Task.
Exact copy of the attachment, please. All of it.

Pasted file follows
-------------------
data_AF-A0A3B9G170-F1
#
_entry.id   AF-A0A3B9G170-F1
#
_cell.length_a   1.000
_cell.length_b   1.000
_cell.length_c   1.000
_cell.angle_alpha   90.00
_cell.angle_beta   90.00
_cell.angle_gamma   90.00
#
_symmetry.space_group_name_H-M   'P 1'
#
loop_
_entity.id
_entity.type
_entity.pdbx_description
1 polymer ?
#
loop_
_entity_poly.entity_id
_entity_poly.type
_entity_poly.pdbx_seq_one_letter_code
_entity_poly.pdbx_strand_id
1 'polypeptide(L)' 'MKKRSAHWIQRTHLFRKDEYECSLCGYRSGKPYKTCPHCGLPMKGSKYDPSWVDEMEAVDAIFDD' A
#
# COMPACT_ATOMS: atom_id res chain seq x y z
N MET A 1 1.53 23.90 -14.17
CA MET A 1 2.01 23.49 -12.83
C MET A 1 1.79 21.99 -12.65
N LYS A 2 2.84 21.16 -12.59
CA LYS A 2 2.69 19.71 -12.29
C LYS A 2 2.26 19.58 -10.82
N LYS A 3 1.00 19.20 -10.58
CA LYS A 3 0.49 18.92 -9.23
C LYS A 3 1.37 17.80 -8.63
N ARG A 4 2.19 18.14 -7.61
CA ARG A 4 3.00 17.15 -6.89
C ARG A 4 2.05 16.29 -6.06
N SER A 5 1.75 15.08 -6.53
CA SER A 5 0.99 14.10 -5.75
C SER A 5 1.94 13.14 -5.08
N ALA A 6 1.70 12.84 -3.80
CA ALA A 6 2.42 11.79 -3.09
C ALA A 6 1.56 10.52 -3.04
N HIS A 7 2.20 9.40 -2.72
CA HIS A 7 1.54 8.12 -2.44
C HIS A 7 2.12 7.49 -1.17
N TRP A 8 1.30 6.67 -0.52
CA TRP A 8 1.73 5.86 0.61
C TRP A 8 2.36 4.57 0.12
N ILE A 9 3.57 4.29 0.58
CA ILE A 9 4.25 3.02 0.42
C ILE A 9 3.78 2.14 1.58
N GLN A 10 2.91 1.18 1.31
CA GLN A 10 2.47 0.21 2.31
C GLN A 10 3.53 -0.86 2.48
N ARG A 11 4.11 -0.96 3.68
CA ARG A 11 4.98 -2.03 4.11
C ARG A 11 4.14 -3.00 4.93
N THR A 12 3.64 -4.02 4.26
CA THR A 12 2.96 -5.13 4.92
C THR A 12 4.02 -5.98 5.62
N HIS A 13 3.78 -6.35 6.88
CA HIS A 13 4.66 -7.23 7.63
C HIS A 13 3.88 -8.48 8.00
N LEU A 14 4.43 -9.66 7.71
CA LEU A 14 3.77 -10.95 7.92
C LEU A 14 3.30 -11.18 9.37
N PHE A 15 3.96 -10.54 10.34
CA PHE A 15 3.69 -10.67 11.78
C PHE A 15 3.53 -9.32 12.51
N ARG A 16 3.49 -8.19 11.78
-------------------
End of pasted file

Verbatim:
data_AF-A0A3B9G170-F1
#
_entry.id   AF-A0A3B9G170-F1
#
_cell.length_a   1.000
_cell.length_b   1.000
_cell.length_c   1.000
_cell.angle_alpha   90.00
_cell.angle_beta   90.00
_cell.angle_gamma   90.00
#
_symmetry.space_group_name_H-M   'P 1'
#
loop_
_entity.id
_entity.type
_entity.pdbx_description
1 polymer ?
#
loop_
_entity_poly.entity_id
_entity_poly.type
_entity_poly.pdbx_seq_one_letter_code
_entity_poly.pdbx_strand_id
1 'polypeptide(L)' 'MKKRSAHWIQRTHLFRKDEYECSLCGYRSGKPYKTCPHCGLPMKGSKYDPSWVDEMEAVDAIFDD' A
#
# COMPACT_ATOMS: atom_id res chain seq x y z
N MET A 1 1.53 23.90 -14.17
CA MET A 1 2.01 23.49 -12.83
C MET A 1 1.79 21.99 -12.65
N LYS A 2 2.84 21.16 -12.59
CA LYS A 2 2.69 19.71 -12.29
C LYS A 2 2.26 19.58 -10.82
N LYS A 3 1.00 19.20 -10.58
CA LYS A 3 0.49 18.92 -9.23
C LYS A 3 1.37 17.80 -8.63
N ARG A 4 2.19 18.14 -7.61
CA ARG A 4 3.00 17.15 -6.89
C ARG A 4 2.05 16.29 -6.06
N SER A 5 1.75 15.08 -6.53
CA SER A 5 0.99 14.10 -5.75
C SER A 5 1.94 13.14 -5.08
N ALA A 6 1.70 12.84 -3.80
CA ALA A 6 2.42 11.79 -3.09
C ALA A 6 1.56 10.52 -3.04
N HIS A 7 2.20 9.40 -2.72
CA HIS A 7 1.54 8.12 -2.44
C HIS A 7 2.12 7.49 -1.17
N TRP A 8 1.30 6.67 -0.52
CA TRP A 8 1.73 5.86 0.61
C TRP A 8 2.36 4.57 0.12
N ILE A 9 3.57 4.29 0.58
CA ILE A 9 4.25 3.02 0.42
C ILE A 9 3.78 2.14 1.58
N GLN A 10 2.91 1.18 1.31
CA GLN A 10 2.47 0.21 2.31
C GLN A 10 3.53 -0.86 2.48
N ARG A 11 4.11 -0.96 3.68
CA ARG A 11 4.98 -2.03 4.11
C ARG A 11 4.14 -3.00 4.93
N THR A 12 3.64 -4.02 4.26
CA THR A 12 2.96 -5.13 4.92
C THR A 12 4.02 -5.98 5.62
N HIS A 13 3.78 -6.35 6.88
CA HIS A 13 4.66 -7.23 7.63
C HIS A 13 3.88 -8.48 8.00
N LEU A 14 4.43 -9.66 7.71
CA LEU A 14 3.77 -10.95 7.92
C LEU A 14 3.30 -11.18 9.37
N PHE A 15 3.96 -10.54 10.34
CA PHE A 15 3.69 -10.67 11.78
C PHE A 15 3.53 -9.32 12.51
N ARG A 16 3.49 -8.19 11.78